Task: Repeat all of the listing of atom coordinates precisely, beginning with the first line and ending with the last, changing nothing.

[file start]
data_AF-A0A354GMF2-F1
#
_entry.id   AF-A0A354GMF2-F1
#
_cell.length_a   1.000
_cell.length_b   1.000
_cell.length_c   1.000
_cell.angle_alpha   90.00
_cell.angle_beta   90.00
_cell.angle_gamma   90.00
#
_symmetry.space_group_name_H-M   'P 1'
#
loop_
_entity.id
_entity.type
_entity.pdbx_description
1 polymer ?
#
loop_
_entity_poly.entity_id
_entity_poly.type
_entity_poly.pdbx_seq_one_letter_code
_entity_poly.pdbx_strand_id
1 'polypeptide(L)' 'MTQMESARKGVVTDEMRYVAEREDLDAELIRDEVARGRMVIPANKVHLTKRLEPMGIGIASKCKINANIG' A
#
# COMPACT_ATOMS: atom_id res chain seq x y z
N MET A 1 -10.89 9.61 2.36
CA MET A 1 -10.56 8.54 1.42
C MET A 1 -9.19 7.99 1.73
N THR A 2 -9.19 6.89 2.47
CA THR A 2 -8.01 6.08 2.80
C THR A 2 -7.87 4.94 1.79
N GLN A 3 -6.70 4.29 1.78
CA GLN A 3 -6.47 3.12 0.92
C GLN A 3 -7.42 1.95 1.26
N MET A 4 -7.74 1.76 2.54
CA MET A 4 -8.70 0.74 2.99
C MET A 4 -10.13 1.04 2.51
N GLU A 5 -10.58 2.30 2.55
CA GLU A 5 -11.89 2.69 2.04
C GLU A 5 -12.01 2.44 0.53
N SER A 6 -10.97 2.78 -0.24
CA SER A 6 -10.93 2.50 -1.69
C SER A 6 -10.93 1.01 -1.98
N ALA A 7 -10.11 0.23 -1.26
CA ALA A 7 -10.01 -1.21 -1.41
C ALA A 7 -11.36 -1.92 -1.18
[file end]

data_AF-A0A354GMF2-F1
#
_entry.id   AF-A0A354GMF2-F1
#
_cell.length_a   1.000
_cell.length_b   1.000
_cell.length_c   1.000
_cell.angle_alpha   90.00
_cell.angle_beta   90.00
_cell.angle_gamma   90.00
#
_symmetry.space_group_name_H-M   'P 1'
#
loop_
_entity.id
_entity.type
_entity.pdbx_description
1 polymer ?
#
loop_
_entity_poly.entity_id
_entity_poly.type
_entity_poly.pdbx_seq_one_letter_code
_entity_poly.pdbx_strand_id
1 'polypeptide(L)' 'MTQMESARKGVVTDEMRYVAEREDLDAELIRDEVARGRMVIPANKVHLTKRLEPMGIGIASKCKINANIG' A
#
# COMPACT_ATOMS: atom_id res chain seq x y z
N MET A 1 -10.89 9.61 2.36
CA MET A 1 -10.56 8.54 1.42
C MET A 1 -9.19 7.99 1.73
N THR A 2 -9.19 6.89 2.47
CA THR A 2 -8.01 6.08 2.80
C THR A 2 -7.87 4.94 1.79
N GLN A 3 -6.70 4.29 1.78
CA GLN A 3 -6.47 3.12 0.92
C GLN A 3 -7.42 1.95 1.26
N MET A 4 -7.74 1.76 2.54
CA MET A 4 -8.70 0.74 2.99
C MET A 4 -10.13 1.04 2.51
N GLU A 5 -10.58 2.30 2.55
CA GLU A 5 -11.89 2.69 2.04
C GLU A 5 -12.01 2.44 0.53
N SER A 6 -10.97 2.78 -0.24
CA SER A 6 -10.93 2.50 -1.69
C SER A 6 -10.93 1.01 -1.98
N ALA A 7 -10.11 0.23 -1.26
CA ALA A 7 -10.01 -1.21 -1.41
C ALA A 7 -11.36 -1.92 -1.18